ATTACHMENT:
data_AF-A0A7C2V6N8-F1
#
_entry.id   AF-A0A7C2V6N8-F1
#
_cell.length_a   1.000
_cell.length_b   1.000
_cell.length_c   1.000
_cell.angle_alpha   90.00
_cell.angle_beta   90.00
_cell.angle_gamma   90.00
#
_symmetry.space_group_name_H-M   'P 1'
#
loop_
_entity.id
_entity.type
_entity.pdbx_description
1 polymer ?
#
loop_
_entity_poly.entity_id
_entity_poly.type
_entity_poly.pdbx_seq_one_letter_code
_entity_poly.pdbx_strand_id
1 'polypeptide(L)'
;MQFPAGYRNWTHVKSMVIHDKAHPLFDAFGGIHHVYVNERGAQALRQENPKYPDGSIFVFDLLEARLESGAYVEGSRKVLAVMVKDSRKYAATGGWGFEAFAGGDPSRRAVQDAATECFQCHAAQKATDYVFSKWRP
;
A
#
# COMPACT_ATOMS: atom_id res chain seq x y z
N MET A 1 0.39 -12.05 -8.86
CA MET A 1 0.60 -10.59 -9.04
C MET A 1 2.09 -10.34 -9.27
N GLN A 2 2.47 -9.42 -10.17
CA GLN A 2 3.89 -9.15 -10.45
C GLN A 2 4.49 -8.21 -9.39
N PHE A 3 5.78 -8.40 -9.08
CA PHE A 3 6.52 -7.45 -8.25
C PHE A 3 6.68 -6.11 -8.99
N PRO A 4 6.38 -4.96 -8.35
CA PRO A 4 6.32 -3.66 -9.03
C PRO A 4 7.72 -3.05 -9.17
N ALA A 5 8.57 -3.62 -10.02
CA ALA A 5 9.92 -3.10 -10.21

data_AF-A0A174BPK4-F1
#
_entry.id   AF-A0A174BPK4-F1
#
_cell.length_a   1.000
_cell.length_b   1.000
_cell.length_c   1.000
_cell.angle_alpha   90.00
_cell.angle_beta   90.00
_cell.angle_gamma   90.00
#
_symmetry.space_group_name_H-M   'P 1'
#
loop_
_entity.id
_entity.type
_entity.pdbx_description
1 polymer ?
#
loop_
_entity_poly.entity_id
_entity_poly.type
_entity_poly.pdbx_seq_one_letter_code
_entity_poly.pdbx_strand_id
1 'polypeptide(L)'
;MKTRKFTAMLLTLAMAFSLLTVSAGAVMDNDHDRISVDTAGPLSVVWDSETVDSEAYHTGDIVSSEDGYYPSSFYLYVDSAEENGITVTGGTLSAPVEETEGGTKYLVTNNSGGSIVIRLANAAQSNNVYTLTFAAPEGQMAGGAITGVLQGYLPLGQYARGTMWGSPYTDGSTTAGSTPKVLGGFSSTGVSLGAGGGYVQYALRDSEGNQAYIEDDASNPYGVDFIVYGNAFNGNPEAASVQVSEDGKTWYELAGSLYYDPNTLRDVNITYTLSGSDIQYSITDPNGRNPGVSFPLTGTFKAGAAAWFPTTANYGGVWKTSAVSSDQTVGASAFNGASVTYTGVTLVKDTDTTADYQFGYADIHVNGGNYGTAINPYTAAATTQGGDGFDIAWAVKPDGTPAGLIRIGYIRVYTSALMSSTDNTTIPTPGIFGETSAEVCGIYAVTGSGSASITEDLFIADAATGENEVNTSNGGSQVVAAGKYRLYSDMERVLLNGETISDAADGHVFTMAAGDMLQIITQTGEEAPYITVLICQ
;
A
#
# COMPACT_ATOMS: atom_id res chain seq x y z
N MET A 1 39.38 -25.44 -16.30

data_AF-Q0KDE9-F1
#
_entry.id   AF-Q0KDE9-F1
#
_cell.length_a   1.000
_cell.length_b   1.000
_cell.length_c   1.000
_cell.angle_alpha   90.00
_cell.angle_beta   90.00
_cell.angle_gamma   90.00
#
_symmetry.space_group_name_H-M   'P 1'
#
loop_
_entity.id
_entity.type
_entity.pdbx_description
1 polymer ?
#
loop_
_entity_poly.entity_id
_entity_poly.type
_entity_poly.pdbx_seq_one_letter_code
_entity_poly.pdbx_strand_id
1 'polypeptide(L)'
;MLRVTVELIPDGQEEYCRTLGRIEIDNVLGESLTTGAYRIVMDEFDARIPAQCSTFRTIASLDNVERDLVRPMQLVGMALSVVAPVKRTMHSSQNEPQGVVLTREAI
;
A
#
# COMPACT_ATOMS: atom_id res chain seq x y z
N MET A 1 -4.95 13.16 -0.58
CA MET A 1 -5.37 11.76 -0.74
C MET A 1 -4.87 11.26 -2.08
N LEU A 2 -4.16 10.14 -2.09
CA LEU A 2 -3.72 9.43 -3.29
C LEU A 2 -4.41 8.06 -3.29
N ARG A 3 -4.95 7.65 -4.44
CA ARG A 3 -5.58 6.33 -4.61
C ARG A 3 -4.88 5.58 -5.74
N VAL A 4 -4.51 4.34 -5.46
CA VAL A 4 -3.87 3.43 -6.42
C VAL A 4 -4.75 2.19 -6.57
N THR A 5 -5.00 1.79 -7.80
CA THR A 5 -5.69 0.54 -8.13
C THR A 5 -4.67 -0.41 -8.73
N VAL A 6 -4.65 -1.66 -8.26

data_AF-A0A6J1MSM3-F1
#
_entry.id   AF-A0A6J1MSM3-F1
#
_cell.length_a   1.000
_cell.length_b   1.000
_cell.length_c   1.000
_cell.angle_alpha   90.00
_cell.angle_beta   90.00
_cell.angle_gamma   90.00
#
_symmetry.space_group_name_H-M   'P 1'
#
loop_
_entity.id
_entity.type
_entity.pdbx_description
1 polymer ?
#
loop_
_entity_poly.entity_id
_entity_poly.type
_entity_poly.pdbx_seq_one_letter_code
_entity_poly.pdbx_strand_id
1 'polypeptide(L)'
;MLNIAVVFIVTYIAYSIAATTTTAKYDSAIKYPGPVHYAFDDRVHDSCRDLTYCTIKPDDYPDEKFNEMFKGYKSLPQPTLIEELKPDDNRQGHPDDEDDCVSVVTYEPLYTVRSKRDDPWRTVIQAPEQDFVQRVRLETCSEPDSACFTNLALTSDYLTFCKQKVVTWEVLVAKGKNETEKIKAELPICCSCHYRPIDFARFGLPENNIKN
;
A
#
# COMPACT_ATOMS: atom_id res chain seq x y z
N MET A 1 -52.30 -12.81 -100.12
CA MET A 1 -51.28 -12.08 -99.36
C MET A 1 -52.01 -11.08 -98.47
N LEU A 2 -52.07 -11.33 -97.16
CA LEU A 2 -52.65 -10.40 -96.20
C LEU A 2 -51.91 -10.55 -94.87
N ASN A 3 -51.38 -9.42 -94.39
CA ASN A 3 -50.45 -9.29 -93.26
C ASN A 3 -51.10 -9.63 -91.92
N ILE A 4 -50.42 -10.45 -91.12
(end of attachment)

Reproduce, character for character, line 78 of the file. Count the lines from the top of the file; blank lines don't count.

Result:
_entry.id   AF-Q0KDE9-F1